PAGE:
normal density of v with mean  and covariance , and of the L1 penalty as a log prior is a possible interpretation,
columns of W span the same space as leading dh principal there can be other Bayesian interpretations compatible with
components, but are not constrained to be orthonormal. the training criterion.
Sparse coding. Like PCA, sparse coding has both a Sparse coding is an excellent example of the power of
probabilistic and nonprobabilistic interpretation. Sparse explaining away. Even with a very overcomplete diction-
coding also relates a latent representation h (either a vector ary,11 the MAP inference process used in sparse coding to
of random variables or a feature vector, depending on the find h can pick out the most appropriate bases and zero
interpretation) to the data x through a linear mapping W , the others, despite them having a high degree of correla-
tion with the input. This property arises naturally in
which we refer to as the dictionary. The difference between
directed graphical models such as sparse coding and is
sparse coding and PCA is that sparse coding includes a
entirely due to the explaining away effect. It is not seen in
penalty to ensure a sparse activation of h is used to encode
commonly used undirected probabilistic models such as
each input x. From a nonprobabilistic perspective, sparse
the RBM, nor is it seen in parametric feature encoding
coding can be seen as recovering the code or feature vector
methods such as autoencoders. The tradeoff is that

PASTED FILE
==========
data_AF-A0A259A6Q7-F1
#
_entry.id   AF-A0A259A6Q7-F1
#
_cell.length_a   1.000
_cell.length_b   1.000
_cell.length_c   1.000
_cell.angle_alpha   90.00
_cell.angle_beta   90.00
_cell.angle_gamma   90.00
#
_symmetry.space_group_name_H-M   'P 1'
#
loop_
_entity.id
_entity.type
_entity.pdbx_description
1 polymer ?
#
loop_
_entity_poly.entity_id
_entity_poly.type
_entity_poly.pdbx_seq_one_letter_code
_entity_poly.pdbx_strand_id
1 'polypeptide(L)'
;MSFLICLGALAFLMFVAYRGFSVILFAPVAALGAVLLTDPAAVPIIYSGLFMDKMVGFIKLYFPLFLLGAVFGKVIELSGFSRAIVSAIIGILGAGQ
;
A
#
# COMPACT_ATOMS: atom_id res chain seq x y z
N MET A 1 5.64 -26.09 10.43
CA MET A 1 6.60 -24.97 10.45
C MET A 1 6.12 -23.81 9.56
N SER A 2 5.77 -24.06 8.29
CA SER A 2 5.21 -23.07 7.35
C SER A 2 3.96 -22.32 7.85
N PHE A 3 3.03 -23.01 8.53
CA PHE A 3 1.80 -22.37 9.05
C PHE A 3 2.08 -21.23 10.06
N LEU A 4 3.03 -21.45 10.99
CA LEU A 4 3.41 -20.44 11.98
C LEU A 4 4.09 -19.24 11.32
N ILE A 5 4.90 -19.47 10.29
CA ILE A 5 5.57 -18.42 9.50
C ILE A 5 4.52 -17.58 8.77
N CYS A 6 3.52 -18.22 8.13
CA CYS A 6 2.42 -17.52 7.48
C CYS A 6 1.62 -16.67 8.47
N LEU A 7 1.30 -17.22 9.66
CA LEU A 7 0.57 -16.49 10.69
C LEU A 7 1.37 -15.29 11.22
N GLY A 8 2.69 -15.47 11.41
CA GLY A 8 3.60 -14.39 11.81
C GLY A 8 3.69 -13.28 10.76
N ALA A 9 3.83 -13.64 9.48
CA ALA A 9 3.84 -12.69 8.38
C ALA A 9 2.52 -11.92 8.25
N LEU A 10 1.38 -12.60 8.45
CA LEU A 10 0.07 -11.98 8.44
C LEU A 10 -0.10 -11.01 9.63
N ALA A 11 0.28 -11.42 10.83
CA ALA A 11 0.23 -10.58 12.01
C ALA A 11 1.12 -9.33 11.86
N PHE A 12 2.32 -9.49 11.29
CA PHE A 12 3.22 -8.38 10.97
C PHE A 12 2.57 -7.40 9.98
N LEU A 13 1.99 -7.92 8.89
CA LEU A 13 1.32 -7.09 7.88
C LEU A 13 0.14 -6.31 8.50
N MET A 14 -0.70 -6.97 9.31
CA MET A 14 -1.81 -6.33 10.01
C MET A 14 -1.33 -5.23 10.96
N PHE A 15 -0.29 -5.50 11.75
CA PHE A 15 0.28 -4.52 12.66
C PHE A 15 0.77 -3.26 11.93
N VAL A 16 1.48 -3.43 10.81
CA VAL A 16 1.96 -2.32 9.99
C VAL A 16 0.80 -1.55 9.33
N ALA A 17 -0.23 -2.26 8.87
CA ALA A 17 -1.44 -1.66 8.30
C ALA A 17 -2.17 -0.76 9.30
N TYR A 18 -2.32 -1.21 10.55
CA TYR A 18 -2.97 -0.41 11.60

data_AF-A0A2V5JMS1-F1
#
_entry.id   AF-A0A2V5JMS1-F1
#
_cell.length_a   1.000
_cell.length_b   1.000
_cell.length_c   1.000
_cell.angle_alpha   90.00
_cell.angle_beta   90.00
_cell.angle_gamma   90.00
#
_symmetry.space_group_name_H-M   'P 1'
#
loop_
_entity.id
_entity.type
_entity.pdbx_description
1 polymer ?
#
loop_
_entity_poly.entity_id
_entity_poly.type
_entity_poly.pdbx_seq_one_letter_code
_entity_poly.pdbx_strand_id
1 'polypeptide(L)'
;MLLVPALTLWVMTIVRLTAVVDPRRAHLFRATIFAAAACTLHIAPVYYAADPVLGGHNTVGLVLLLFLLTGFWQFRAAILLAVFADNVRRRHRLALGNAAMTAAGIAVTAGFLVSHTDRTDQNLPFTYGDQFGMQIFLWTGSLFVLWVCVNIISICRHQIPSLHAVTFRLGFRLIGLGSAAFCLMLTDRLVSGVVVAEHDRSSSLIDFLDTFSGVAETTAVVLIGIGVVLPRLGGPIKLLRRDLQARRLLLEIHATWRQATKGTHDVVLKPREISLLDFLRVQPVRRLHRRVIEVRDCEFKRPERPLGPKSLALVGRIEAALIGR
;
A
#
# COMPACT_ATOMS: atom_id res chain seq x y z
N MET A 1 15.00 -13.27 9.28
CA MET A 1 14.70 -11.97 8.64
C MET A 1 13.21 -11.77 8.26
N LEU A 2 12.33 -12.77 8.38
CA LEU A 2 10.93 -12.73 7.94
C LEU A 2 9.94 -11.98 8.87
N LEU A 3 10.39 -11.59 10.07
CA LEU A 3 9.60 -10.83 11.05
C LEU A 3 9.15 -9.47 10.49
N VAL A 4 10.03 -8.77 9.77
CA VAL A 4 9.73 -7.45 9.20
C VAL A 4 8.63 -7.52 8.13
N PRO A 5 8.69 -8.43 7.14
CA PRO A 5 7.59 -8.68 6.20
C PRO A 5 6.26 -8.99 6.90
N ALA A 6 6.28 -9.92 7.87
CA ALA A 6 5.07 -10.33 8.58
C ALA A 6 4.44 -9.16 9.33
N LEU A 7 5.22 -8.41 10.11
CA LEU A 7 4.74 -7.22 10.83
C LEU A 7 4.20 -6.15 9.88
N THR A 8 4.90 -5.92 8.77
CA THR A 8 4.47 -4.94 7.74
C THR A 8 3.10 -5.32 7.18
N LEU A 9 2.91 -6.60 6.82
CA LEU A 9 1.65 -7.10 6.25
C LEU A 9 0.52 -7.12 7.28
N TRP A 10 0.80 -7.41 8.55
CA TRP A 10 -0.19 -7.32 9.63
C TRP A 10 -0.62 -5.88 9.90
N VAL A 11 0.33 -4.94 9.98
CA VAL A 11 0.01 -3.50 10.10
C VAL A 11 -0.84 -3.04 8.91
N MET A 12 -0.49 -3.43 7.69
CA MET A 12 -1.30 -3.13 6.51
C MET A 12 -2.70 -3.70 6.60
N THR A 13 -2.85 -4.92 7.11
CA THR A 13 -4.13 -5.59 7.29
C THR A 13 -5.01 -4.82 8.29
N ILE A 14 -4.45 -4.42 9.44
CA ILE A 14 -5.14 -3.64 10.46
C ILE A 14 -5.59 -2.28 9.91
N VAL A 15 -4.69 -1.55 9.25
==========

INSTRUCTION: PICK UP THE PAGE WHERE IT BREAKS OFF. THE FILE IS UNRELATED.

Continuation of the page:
associated with a new input x via
compared to methods such as RBMs and autoencoders,
2  inference in sparse coding involves an extra inner loop of
h ¼ fðxÞ ¼ argmin kx  W h2 þ hk1 : ð2Þ
h optimization to find h with a corresponding increase in
the computational cost of feature extraction. Compared to
Learning the dictionary W can be accomplished by optimiz-
autoencoders and RBMs, the code in sparse coding is a free
ing the following training criterion with respect to W : variable for each example, and in that sense, the implicit
X encoder is nonparametric.
J SC ¼ kxðtÞ  W hðtÞ k22 ; ð3Þ
One might expect that the parsimony of the sparse
coding representation and its explaining away effect would
where x is the tth example and hðtÞ is the corresponding
be advantageous and indeed it seems to be the case. Coates
sparse code determined by (2). W is usually constrained to
have unit-norm columns (because one can arbitrarily 11. Overcomplete: with more dimensions of h than dimensions of x.

and Ng [48] demonstrated on the CIFAR-10 object or units. These stochastic units can be divided into two
classification task [116] with a patch-base feature extraction groups: 1) the visible units x 2 f0; 1gdx that represent the
pipeline that in the regime with few (<1;000) labeled data, and 2) the hidden or latent units h 2 f0; 1gdh that
training examples per class, the sparse coding representa- mediate dependencies between the visible units through
tion significantly outperformed other highly competitive their mutual interactions. The pattern of interaction is
encoding schemes. Possibly because of these properties and specified through the energy function:
because of the very computationally efficient algorithms
1 T 1 T
that have been proposed for it (in comparison with the E BM T T T
 ðx; hÞ ¼  x Ux  h V h  x W h  b x  d h; ð7Þ
general case of inference in the presence of explaining 2 2
away), sparse coding enjoys considerable popularity as a where  ¼ fU; V ; W ; b; dg are the model parameters that,
feature learning and encoding paradigm. There are numer- respectively, encode the visible-to-visible interactions, the
ous examples of its successful application as a feature hidden-to-hidden interactions, the visible-to-hidden inter-
representation scheme, including natural image modeling actions, the visible self-connections, and the hidden self-
[159], [109], [48], [224], audio classification [78], NLP [4], as connections (called biases). To avoid overparameterization,